Pinched Nerve in the Neck
About once every two weeks a patient comes in worried because they believe they have a pinched nerve in the neck. Typically they have had an MRI which some some degenerative arthritis and degenerated discs in the neck and they have tingling in the arm and hand. So is this cervical radiculopathy or is this just a referral pain from the upper thoracic area. How do you tell?
I look at people's eyes. People who have a true 'nerve' being pinched, really can't smile. The pain is awful. The referral pain patterns of ligaments can be awful but not nearly as awful as a nerve being pinched. When the eyes loose their luster and the look on the persons face is 'panic' I think cervical radiculopathy. If the person is able to converse with me and laughs at my jokes, then there is a good chance they have a thoracic ligament problem.
A person who puts their hand between the spin and the scapula and says that is where their pain emanates from, I think thoracic ligament problem. In cervical radiculopathy cases, the person will point to a specific area of their neck causing the pain. Thoracic ligament problems can cause some neck pain as the case study indicated but typically the person will tell you this is a referral pain and the neck pain is minimal compared to the thoracic pain.
Cervical radiculopathy gives 'true' numbness. If a person senses numbness in the fingers but can feel everything, this is called numbiness. This is a referral symptom typically from thoracic ligament problems (generally thoracic #1-3). Numbness that is true, meaning the person has lost sensation in part of their hand or fingers, indicates a nerve problem. Then one thinks of cervical radiculopathy.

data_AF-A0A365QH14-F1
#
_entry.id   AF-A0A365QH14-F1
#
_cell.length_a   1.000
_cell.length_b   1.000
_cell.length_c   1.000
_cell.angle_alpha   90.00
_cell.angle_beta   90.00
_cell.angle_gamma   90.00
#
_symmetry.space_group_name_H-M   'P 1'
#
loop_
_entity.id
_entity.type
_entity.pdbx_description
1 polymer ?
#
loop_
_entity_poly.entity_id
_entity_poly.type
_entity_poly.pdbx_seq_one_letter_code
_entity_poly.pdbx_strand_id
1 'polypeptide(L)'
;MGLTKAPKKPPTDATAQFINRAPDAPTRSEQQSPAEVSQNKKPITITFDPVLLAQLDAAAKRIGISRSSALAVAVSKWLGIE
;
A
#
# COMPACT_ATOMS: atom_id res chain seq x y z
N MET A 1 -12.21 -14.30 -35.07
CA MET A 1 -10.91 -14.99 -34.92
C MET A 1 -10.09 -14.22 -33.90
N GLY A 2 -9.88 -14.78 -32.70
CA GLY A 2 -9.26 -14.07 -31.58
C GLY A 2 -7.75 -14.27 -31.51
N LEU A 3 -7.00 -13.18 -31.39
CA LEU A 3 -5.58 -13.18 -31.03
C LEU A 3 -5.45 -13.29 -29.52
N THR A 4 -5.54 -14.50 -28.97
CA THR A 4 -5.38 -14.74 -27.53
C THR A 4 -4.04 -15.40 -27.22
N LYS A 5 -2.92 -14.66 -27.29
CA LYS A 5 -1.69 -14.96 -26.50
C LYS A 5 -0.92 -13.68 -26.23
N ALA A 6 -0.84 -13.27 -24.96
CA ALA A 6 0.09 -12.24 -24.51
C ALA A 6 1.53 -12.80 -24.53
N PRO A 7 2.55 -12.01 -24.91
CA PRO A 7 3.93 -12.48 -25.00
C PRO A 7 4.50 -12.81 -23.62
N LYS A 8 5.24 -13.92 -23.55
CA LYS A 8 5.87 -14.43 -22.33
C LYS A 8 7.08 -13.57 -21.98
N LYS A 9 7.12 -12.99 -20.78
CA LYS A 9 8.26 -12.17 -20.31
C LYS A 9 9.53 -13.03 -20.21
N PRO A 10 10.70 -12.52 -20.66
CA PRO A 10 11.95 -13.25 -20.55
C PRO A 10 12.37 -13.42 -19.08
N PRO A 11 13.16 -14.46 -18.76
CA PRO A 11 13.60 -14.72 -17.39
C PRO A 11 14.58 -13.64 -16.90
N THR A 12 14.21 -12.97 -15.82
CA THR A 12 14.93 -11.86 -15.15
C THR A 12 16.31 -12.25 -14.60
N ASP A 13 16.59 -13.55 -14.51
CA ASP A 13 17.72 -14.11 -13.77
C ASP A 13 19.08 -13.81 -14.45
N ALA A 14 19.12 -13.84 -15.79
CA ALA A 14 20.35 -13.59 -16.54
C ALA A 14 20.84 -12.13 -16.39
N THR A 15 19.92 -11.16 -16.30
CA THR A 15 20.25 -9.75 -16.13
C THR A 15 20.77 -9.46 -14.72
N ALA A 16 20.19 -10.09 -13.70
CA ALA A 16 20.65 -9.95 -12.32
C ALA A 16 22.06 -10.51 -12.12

Cervical radiculopathy is not affected by breathing and vice versa. Breathing can aggravate thoracic problems and thoracic problems can aggravate breathing. Someone whose symptoms are affected by deep breathing, makes me think thoracic ligament problem.
ARM MOVEMENT AGGRAVATION
Believe it or not in my experience, when arm movement aggravates the symptoms, I think more thoracic ligament problem. Simple movements of the arm only occur by stabilization of the scapula. Stabilization of the scapula affects the upper thoracic segments more then it does the cervical spine.
RESPONSE TO PROLOTHERAPY
Thoracic ligament problems often feel better right away with Prolotherapy. Cervical radicular symptoms generally need a nerve block to feel better right away. Prolotherapy can be used with cervical radiculopathy but often you need other modalities also to treat the person.
For people who have been told that they need surgery for cervical radiculopathy I would recommend that they get a second opinion from a Prolotherapist. You would hate to get surgery and not be better because your problem was a thoracic ligament problem and all you needed was Prolotherapy.
The thoracic ligaments that can refer pain down the arm are those involved with Thoracic segements #1,#2, and #3. The ligaments that connect th